Researchers from University of South Australia (UniSA) developed advance drone to measure heartbeat of an individual from 60 meters away
Research team led by sensor systems and engineering expert Javaan Chahl, developed drones in conjunction with the Australian Defence Force (ADF), which can be used during humanitarian crises. The drone is capable of measuring a breathing and heart rate from 60 meters away. According to the Chahl, drone has ability to measure a subject’s heart beat by using a camera to sense the top a person’s head pulsing by approximately one millimeter with each beat.
“Basically in a disaster, unfortunately you have to prioritize who’s living, who’s dead and perhaps who’s dying, and this might allow a drone to map a scene and establish the general condition of people,” said Chahl to Australian Broadcasting Corporation (ABC) on March, 8, 2018. The software installed in device features facial recognition, recording heart rate after climbing up some stairs, which can be done for around 100,000 people per day. However, researchers also mentioned that the device could be used for negative intentions such as spying or weaponization.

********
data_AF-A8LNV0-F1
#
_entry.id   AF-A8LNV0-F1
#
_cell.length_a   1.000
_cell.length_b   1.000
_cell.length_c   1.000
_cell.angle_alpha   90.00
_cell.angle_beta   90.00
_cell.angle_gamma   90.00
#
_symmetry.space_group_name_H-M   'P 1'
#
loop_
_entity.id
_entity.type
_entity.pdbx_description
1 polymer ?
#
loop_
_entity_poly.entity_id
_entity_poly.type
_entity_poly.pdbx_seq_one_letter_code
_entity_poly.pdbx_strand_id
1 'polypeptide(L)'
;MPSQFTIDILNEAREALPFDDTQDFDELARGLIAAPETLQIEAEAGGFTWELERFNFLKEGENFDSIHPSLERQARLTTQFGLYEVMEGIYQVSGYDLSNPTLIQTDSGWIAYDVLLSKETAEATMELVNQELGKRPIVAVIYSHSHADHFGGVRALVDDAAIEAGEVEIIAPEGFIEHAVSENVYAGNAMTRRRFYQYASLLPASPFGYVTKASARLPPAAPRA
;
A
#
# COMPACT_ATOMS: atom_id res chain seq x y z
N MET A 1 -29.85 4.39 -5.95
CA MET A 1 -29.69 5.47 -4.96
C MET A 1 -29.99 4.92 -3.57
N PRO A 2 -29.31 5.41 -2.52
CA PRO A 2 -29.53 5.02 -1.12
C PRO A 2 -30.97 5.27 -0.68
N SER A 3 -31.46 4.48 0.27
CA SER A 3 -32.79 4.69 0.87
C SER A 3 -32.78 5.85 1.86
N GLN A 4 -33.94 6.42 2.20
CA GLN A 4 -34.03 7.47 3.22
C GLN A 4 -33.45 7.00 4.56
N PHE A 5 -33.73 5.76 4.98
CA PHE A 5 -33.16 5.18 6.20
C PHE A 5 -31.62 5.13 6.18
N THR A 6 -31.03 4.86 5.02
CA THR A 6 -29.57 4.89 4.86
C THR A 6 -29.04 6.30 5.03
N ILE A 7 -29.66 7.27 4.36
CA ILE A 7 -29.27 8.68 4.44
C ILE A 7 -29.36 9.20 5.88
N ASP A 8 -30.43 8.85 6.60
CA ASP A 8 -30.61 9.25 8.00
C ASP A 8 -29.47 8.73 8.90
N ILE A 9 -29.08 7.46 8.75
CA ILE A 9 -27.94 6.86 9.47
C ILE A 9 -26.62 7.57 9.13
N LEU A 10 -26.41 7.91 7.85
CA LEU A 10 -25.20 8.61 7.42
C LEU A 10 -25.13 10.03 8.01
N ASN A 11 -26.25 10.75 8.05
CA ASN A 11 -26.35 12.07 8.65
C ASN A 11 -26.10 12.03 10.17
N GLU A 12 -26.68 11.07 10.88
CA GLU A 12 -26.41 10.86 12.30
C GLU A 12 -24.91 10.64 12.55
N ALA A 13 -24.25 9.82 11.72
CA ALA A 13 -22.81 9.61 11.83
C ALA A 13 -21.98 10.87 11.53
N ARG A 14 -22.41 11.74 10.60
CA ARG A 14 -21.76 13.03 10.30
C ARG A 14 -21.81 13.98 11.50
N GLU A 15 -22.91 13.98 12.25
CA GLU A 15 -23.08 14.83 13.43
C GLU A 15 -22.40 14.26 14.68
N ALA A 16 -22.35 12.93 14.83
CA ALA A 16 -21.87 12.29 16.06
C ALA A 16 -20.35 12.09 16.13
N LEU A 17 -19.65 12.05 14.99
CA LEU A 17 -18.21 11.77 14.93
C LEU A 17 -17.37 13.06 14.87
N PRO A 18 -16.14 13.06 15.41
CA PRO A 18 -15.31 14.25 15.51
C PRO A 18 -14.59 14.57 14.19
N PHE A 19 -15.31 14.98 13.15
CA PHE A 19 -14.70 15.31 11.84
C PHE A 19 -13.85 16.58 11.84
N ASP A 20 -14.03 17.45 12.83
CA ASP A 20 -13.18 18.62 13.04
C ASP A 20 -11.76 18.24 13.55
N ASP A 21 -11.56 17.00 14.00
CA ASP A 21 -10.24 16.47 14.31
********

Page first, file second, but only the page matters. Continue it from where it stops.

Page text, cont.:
Robotic experts along with Australian Red Cross in 2017 are focused on developing drones for humanitarian purposes to provide aid in the wake of cyclones in Queensland and New South Wales. WeRobotics, the firm that partnered with the Red Cross, is currently working on training governments and non-government organizations (NGOs) to use robotics in calamities.